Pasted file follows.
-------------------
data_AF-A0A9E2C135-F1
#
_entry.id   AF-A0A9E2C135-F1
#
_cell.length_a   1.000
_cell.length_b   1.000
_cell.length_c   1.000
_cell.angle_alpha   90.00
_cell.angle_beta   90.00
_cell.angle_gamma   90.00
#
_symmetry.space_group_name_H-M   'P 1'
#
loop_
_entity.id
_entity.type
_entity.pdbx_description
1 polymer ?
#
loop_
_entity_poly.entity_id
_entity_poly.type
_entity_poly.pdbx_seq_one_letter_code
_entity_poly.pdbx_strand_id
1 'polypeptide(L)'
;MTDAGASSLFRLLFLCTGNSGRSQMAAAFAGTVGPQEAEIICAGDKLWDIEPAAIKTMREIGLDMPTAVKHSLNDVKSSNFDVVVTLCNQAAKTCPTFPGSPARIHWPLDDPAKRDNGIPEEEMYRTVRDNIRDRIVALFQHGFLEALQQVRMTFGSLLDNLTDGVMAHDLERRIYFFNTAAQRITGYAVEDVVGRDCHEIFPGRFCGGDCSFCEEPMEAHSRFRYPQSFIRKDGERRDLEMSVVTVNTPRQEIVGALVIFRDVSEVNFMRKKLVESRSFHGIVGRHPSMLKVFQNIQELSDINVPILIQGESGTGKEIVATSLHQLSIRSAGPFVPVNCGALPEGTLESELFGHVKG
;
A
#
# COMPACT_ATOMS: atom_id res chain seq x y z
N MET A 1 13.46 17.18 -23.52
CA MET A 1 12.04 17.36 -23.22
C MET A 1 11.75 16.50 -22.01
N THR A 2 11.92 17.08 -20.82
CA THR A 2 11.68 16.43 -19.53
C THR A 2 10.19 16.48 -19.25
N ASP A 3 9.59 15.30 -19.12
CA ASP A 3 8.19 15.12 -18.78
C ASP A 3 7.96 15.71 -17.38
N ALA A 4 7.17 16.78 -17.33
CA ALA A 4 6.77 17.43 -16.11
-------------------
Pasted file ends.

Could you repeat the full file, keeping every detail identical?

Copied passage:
data_AF-A0A9E2C135-F1
#
_entry.id   AF-A0A9E2C135-F1
#
_cell.length_a   1.000
_cell.length_b   1.000
_cell.length_c   1.000
_cell.angle_alpha   90.00
_cell.angle_beta   90.00
_cell.angle_gamma   90.00
#
_symmetry.space_group_name_H-M   'P 1'
#
loop_
_entity.id
_entity.type
_entity.pdbx_description
1 polymer ?
#
loop_
_entity_poly.entity_id
_entity_poly.type
_entity_poly.pdbx_seq_one_letter_code
_entity_poly.pdbx_strand_id
1 'polypeptide(L)'
;MTDAGASSLFRLLFLCTGNSGRSQMAAAFAGTVGPQEAEIICAGDKLWDIEPAAIKTMREIGLDMPTAVKHSLNDVKSSNFDVVVTLCNQAAKTCPTFPGSPARIHWPLDDPAKRDNGIPEEEMYRTVRDNIRDRIVALFQHGFLEALQQVRMTFGSLLDNLTDGVMAHDLERRIYFFNTAAQRITGYAVEDVVGRDCHEIFPGRFCGGDCSFCEEPMEAHSRFRYPQSFIRKDGERRDLEMSVVTVNTPRQEIVGALVIFRDVSEVNFMRKKLVESRSFHGIVGRHPSMLKVFQNIQELSDINVPILIQGESGTGKEIVATSLHQLSIRSAGPFVPVNCGALPEGTLESELFGHVKG
;
A
#
# COMPACT_ATOMS: atom_id res chain seq x y z
N MET A 1 13.46 17.18 -23.52
CA MET A 1 12.04 17.36 -23.22
C MET A 1 11.75 16.50 -22.01
N THR A 2 11.92 17.08 -20.82
CA THR A 2 11.68 16.43 -19.53
C THR A 2 10.19 16.48 -19.25
N ASP A 3 9.59 15.30 -19.12
CA ASP A 3 8.19 15.12 -18.78
C ASP A 3 7.96 15.71 -17.38
N ALA A 4 7.17 16.78 -17.33
CA ALA A 4 6.77 17.43 -16.11